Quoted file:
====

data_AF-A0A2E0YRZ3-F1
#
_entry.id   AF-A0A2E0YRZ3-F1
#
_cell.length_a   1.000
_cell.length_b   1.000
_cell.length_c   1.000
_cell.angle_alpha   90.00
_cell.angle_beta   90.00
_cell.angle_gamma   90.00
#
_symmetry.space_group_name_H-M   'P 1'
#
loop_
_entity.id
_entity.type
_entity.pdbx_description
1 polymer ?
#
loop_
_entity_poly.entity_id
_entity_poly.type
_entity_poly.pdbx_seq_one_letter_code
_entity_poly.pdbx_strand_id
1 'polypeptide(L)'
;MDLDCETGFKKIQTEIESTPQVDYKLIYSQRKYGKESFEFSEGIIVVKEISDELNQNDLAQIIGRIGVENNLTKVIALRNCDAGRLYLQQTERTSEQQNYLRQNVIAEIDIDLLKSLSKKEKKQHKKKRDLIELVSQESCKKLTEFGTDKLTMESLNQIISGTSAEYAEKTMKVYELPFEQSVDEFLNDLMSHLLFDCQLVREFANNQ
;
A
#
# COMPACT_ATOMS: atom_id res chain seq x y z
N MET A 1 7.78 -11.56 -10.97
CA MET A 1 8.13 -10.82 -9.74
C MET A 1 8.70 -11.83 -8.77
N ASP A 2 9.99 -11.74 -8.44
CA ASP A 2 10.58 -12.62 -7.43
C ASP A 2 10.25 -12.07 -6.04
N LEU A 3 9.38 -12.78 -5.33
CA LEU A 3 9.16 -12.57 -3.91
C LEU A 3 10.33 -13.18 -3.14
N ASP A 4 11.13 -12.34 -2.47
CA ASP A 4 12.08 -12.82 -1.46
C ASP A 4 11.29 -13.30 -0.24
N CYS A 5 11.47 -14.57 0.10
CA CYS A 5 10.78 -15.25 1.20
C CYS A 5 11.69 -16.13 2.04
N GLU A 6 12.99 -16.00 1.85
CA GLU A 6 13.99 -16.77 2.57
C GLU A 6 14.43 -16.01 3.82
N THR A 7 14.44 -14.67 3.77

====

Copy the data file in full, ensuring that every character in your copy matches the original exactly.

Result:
data_AF-A0A2E0YRZ3-F1
#
_entry.id   AF-A0A2E0YRZ3-F1
#
_cell.length_a   1.000
_cell.length_b   1.000
_cell.length_c   1.000
_cell.angle_alpha   90.00
_cell.angle_beta   90.00
_cell.angle_gamma   90.00
#
_symmetry.space_group_name_H-M   'P 1'
#
loop_
_entity.id
_entity.type
_entity.pdbx_description
1 polymer ?
#
loop_
_entity_poly.entity_id
_entity_poly.type
_entity_poly.pdbx_seq_one_letter_code
_entity_poly.pdbx_strand_id
1 'polypeptide(L)'
;MDLDCETGFKKIQTEIESTPQVDYKLIYSQRKYGKESFEFSEGIIVVKEISDELNQNDLAQIIGRIGVENNLTKVIALRNCDAGRLYLQQTERTSEQQNYLRQNVIAEIDIDLLKSLSKKEKKQHKKKRDLIELVSQESCKKLTEFGTDKLTMESLNQIISGTSAEYAEKTMKVYELPFEQSVDEFLNDLMSHLLFDCQLVREFANNQ
;
A
#
# COMPACT_ATOMS: atom_id res chain seq x y z
N MET A 1 7.78 -11.56 -10.97
CA MET A 1 8.13 -10.82 -9.74
C MET A 1 8.70 -11.83 -8.77
N ASP A 2 9.99 -11.74 -8.44
CA ASP A 2 10.58 -12.62 -7.43
C ASP A 2 10.25 -12.07 -6.04
N LEU A 3 9.38 -12.78 -5.33
CA LEU A 3 9.16 -12.57 -3.91
C LEU A 3 10.33 -13.18 -3.14
N ASP A 4 11.13 -12.34 -2.47
CA ASP A 4 12.08 -12.82 -1.46
C ASP A 4 11.29 -13.30 -0.24
N CYS A 5 11.47 -14.57 0.10
CA CYS A 5 10.78 -15.25 1.20
C CYS A 5 11.69 -16.13 2.04
N GLU A 6 12.99 -16.00 1.85
CA GLU A 6 13.99 -16.77 2.57
C GLU A 6 14.43 -16.01 3.82
N THR A 7 14.44 -14.67 3.77